Taylor Swift’s ‘evermore’ continues fairy tale ‘folklore’ began

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Taylor Swift’s ‘evermore’ is the sister record to ‘folklore.’ Both albums were released only hours after being announced.

When Taylor Swift dropped her surprise record “folklore” back in July, the world was shocked not only by the last minute announcement, but also by the indie-folk sound the album contained. Gone were the achingly personal narratives and polished pop performances, replaced with tales of fictional characters and sparse arrangements.

Imagine the surprise of the public when not even five months later, Swift announced a sister album entitled “evermore,” released on Dec. 11. Similar to the release of “folklore,” the album was released at midnight along with an accompanying music video for its lead single “willow.”

With many of the same collaborations as the first surprise release, as well as being a continuation of the same kind of themes, there was bound to be relentless competition between the two. On the surface, the two can seem very similar; dive further into Swift’s waters and you’ll see how distinct each album is.

If “folklore” is the feeling of waking up early on a crisp fall day with a thermos of coffee in hand while you walk through the woods and admire the changing leaves, then “evermore” is trudging through the snow-covered streets of your hometown while you watch the puffs of air escape your lips and desperately try to keep warm.

Once again, Swift pulls us into the world that she’s created, filled with magic and self-reflection. The opening track “willow” transports us right into a fairy tale, sounding like the singer is trying to cast a love spell on the listener. “I’m begging for you to take my hand / Wreck my plans / That’s my man,” she sighs over a tinkling guitar line.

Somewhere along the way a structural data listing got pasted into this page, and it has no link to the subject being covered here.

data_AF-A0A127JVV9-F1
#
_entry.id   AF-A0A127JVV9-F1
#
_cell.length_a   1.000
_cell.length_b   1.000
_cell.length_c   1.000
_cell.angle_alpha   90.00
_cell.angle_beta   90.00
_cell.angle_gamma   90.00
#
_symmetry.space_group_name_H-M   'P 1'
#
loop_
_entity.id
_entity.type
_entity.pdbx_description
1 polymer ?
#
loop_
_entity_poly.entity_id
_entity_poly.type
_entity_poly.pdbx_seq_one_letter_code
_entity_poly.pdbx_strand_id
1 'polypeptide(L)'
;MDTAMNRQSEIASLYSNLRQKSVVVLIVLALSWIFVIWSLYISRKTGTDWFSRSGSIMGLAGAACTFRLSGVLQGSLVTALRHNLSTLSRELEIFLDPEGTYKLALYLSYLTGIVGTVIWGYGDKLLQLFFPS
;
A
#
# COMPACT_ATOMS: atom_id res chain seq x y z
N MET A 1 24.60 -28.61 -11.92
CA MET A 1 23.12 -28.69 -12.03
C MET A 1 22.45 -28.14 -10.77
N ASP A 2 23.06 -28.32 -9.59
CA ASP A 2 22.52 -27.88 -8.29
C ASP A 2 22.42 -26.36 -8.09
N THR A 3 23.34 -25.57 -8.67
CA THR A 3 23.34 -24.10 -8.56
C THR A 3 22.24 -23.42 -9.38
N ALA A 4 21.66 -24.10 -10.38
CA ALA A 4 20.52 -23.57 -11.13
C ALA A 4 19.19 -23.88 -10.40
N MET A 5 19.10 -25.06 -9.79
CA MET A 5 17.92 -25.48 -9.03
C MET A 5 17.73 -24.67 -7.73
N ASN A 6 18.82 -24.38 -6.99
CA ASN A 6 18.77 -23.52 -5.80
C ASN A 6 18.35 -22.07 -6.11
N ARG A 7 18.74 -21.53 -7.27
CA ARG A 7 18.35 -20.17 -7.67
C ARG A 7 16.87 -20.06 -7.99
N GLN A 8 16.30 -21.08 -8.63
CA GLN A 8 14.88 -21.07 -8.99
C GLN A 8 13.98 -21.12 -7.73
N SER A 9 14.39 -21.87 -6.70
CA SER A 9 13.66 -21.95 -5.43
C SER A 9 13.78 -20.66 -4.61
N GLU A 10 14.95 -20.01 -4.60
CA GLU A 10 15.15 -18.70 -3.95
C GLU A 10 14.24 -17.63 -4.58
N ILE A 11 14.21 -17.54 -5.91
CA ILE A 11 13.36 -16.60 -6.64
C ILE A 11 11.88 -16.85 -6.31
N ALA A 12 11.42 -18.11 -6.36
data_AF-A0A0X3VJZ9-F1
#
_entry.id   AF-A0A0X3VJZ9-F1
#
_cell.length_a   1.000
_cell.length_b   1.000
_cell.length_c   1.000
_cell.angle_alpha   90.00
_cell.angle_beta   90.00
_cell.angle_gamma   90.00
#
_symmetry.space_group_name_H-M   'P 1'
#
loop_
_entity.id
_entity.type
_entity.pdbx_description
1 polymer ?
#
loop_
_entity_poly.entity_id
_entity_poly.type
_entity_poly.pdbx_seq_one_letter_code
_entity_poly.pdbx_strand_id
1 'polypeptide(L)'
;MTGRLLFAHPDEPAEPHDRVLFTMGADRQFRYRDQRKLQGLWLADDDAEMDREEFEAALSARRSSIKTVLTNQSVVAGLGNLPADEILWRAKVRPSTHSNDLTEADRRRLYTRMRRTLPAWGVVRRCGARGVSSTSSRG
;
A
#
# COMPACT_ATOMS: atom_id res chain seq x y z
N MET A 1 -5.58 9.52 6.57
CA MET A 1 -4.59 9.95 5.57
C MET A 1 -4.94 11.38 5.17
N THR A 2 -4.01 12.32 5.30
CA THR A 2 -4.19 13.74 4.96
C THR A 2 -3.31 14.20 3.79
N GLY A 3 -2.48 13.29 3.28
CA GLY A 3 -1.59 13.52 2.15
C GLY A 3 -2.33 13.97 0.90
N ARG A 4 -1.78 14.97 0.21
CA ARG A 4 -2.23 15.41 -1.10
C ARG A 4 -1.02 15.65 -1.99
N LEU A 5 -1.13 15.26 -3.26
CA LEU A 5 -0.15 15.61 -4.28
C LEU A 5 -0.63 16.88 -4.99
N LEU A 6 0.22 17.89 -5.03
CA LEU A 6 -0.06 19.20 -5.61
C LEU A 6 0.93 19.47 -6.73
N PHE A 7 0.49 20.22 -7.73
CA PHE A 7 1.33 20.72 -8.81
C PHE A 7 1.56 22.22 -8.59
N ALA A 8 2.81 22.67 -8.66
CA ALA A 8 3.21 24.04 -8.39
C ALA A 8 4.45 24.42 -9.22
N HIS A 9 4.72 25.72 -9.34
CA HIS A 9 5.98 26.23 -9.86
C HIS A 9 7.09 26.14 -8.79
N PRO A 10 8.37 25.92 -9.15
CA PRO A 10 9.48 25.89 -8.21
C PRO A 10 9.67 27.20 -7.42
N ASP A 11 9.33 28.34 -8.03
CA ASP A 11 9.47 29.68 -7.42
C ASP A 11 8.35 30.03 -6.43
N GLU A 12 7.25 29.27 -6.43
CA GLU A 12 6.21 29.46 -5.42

Many of the tracks on “evermore” have a distinct melancholy feel to them, almost like they’re tinged in sadness. On “champagne problems,” Swift recounts a failed proposal, pushed aside as a trivial thing as the narrator struggles with her own mental health. In a seething tone she spits out “Sometimes you just don’t know the answer / ‘Til someone’s on their knees and asks you / “She would’ve made such a lovely bride / What a shame she’s f***ed in the head” they said.”

Just like on “folklore,” the songs that excel are the ones where she puts herself in the shoes of someone else. Standout track “no body, no crime” featuring Haim was inspired by Swift’s love of true crime and sees her murdering the husband of her best friend after she goes missing. To me, the song is the other side of the coin that contains the song “tolerate it,” a tale of an unhappy wife who “Lay[s] the table with the fancy sh** / And watch[es] you tolerate it.”

In her documentary “Miss Americana,” Swift mentions how she feels like she goes through things that end up on her album that her fans end up going through right as the album drops. She must have known that we would be back in our hometowns, resisting the urge to text our ex, hence the track “‘tis the damn season.” “We could call it even / You could call me “babe” for the weekend,” she croons, almost like she’s encouraging us to make bad decisions. 

When Swift finds something that works, she tends to stick with it, as seen in her long-time collaborations with producer Jack Antonoff. On “folklore,” we saw her collab with The National’s Aaron Dessner, something that carried over on “evermore” tenfold. The track “coney island” features The National’s lead vocalist Matt Berninger and is everything that a sad indie track wants to be.

“I’m on a bench in Coney Island / Wondering where did my baby go?” the two cry out over a somber guitar and piano arrangement. Between mentioning and mourning many of Swift’s past relationships and longing for the nostalgia of the mall before the Internet, the song makes you want to curl up on a park bench and cry.

Swift’s music has always had a quality of being able to slide inside of your head and grow on you the more you linger over it. I dare you to listen to the track “ivy” and try not to get the chorus of “Oh, g**damn / My pain fits in the palm of your freezing hand,” stuck in your mind as it grows over you like its namesake. 

Though some tracks can feel slightly too downtrodden to want to keep on repeat (“marjorie,” “happiness”), fans can still appreciate the sentiment behind the tracks. Never fret if you’re looking for the rare upbeat track on the album, as they can be found sneakily hiding between the despair (“gold rush,” “long story short”).

With Swift finally being able to ruminate in this woodland cabin that she’s found herself in, “evermore” feels like an easy continuation of “folklore,” and not like tracks that were left on the cutting room floor. If we have any sense in us, we’ll let her wander around the woods for just a little bit longer.